What’s next?
After the final two Gastar novellas are finished, I’m considering a medical thriller, which is more mainstream.   I hope I’ve developed enough maturity as an author to accomplish it.

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Drama with Mama

Shhhhhh, don’t tell anyone, but I’m working on a new book. It’s called :

Drama with Mama

15 Inner Powers You Should Use to Find Your Peace and Skip Your Next Drama.

This book is a relatively short self-help book that is based on my relationships with my mom.
It’s an important lesson for anyone who has some drama in any of his current relationships.
For your eyes only, the Introduction chapter:

Is there a loved one in your life that you experience big difficulties with?
Maybe it’s your mom, your dad, your kid, or your spouse.
It doesn’t really matter who he or she is, if you have drama with a loved one, you could probably use some more inner peace. In this book I’m going to help you to tone down the drama and achieve a consistent inner peace.

My mom just hung up the phone on me, I thought. Again. My heart felt hollow and the memory of her weeping haunted me. It was a cloudy fall afternoon, about five years ago and we had just finished another fight over the phone. It seemed like we had more and more fights like that one, that autumn. Too many phone calls ended with tears. It felt like there was an angry giant sleeping in me. And she knew exactly how to wake him up. Then I’d shout and she’d cry. She wasn’t the only person that caused me to lose my temper, but she was for sure the most successful provocateur.

That fight was the biggest ever. I don’t even remember how it started, but it was big. It felt like we might never talk again, at least not in the near future. I was devastated. I love my mom. I didn’t want to fight her. I’d try to calm myself before calls with her, but with not much success. I can’t find the words to express how frustrating it was. I felt out of control, possessed by a dangerous inner monster.

Why do we hurt the people who we love the most? What can I do to stop it? I asked myself. At that time I had already had years of self-growth experience. I read books, took workshops and courses and I was definitely an improved version of my previous self. But there was one thing I couldn’t change. The volcano of anger in me, that blew off from time to time.

This volcano made me verbally attack my own mom. Say things I wish I’d never said. When the lava of anger started to climb up my chest it felt like driving a car downhill with no breaks. How can you have good relationships with people around you, when you can’t control your own anger?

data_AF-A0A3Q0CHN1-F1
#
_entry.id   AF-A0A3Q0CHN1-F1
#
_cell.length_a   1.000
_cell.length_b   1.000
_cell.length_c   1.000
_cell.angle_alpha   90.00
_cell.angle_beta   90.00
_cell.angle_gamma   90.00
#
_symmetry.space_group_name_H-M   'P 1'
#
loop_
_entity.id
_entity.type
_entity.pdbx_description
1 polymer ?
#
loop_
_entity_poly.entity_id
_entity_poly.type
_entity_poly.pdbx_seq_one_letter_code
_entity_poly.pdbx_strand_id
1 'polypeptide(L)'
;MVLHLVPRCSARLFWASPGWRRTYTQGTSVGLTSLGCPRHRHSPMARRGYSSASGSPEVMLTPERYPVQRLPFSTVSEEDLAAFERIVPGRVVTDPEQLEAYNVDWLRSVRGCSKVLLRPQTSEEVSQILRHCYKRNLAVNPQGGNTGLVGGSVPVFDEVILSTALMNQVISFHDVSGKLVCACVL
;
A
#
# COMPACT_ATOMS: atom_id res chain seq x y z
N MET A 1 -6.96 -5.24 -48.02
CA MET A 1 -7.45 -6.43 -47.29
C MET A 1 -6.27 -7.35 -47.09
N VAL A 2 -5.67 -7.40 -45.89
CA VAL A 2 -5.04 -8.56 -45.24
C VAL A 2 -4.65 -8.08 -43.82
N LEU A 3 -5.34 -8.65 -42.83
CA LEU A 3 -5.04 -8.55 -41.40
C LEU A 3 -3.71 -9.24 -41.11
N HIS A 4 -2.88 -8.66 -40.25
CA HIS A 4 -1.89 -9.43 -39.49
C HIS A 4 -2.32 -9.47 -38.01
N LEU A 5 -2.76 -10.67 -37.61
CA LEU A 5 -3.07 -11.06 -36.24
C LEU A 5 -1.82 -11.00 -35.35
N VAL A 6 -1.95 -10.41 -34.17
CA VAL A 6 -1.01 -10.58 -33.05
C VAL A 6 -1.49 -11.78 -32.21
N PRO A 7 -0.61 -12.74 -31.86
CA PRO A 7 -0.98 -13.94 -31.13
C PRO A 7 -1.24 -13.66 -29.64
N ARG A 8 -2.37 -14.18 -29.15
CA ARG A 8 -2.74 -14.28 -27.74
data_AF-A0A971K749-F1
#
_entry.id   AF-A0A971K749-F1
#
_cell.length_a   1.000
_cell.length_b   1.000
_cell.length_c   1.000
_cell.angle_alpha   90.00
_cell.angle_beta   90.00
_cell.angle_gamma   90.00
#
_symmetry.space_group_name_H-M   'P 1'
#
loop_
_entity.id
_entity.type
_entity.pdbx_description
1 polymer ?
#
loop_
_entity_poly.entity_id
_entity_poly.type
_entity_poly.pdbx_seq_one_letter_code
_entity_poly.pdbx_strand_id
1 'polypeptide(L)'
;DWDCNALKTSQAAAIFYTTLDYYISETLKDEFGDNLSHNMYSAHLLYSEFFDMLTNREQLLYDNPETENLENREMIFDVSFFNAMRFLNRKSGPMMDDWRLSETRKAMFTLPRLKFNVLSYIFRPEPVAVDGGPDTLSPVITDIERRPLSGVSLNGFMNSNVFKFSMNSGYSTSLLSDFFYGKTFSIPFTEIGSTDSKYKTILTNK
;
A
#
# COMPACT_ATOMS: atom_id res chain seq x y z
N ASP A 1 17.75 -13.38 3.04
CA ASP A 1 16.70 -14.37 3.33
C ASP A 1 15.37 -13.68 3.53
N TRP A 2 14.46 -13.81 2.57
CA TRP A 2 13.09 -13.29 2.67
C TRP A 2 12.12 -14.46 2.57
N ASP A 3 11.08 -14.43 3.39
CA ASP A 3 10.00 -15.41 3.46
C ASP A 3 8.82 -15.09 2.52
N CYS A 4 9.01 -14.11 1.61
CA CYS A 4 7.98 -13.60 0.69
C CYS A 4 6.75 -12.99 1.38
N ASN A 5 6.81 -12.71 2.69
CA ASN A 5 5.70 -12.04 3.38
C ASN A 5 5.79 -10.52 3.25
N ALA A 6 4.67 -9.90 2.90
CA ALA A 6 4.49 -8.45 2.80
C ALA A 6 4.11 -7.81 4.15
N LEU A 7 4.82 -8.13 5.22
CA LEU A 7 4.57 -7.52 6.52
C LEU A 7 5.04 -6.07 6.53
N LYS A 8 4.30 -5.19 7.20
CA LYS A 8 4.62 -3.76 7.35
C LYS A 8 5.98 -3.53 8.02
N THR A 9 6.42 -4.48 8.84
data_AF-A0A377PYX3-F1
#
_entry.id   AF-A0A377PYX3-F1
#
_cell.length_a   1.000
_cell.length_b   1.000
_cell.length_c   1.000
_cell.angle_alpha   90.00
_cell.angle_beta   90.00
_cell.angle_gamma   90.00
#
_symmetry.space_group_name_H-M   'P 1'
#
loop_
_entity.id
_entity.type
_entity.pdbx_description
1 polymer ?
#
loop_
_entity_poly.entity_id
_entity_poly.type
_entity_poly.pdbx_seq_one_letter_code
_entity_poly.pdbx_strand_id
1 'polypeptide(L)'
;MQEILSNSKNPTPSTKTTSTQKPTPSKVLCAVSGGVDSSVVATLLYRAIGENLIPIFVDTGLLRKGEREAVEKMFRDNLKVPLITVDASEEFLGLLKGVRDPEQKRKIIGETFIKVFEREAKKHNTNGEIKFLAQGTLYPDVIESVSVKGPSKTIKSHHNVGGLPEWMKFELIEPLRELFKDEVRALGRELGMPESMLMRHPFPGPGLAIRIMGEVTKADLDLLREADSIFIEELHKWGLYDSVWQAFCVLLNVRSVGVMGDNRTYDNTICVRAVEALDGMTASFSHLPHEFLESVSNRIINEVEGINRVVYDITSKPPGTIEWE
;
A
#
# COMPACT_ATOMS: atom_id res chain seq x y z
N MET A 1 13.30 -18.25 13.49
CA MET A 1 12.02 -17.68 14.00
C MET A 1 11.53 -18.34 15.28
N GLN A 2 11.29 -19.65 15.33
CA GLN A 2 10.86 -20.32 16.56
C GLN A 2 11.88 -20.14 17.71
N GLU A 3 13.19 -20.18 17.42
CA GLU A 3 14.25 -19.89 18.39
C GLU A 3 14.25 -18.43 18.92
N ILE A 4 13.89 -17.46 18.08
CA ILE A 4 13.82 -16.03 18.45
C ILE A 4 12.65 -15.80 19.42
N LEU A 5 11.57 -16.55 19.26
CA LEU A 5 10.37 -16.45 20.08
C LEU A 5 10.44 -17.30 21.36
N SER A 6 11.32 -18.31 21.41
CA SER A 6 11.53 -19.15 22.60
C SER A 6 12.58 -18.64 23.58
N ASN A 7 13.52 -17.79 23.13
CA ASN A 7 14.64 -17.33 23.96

On that afternoon I decided that something needed to change, and fast. I couldn’t take it anymore. I felt that I was my worst enemy. It felt so helpless. How do I fight the enemy within? Can I beat it? Is there a better way than fighting it? I was very angry with myself.

I closed my eyes and desperately looked for a solution. When I opened my eyes, still with no solution, I saw the picture on the wall in front of me. It was a picture of a peaceful, sunny beach with palm trees and small huts. That’s when I knew what I had to do. I had to find a way to create inner peace; a peace that won’t be affected by other people and events. I knew I have the power in me to do that, and I was determined to uncover and then find out how to use this power.

Later on that evening I practiced the power of compassion. I talk about this power in one of the next chapters. It made me feel better. But I wasn’t looking to feel better. I was looking for a stable, persistent inner peace.

I decided to make a list of all the inner powers I have to create and maintain my inner peace. The idea was that if I have a list like this and I use it, then inner peace is guaranteed to stay with me.

A few years later, after working with my inner powers list, I’ve just finished another phone call with my mom. No, she didn’t hang up on me this time. I actually can’t remember when we last had a fight. She just got back good results from a medical test she took, and I was the first person she called, very excited to share the good news with me. We’re now best friends, and the only tears I cause her, are tears of happiness when I come to visit.

Creating peace with my mom is one of my biggest achievements on my path of spiritual growth. It’s funny how hard it is to have peace with the ones we love. Maybe it’s because we care about them so much. It felt like making a peace with myself, with my inner angry giant monster who terrorized my life.
I sometimes see people in the middle of a fight with a loved one and it reminds me how out of control I felt before I started to work with my inner power resources.
This personal peace list is one of the most powerful gifts in my life and I want to share it with you.

The first power is coming soon! Follow the blog get a notification. Don’t miss it!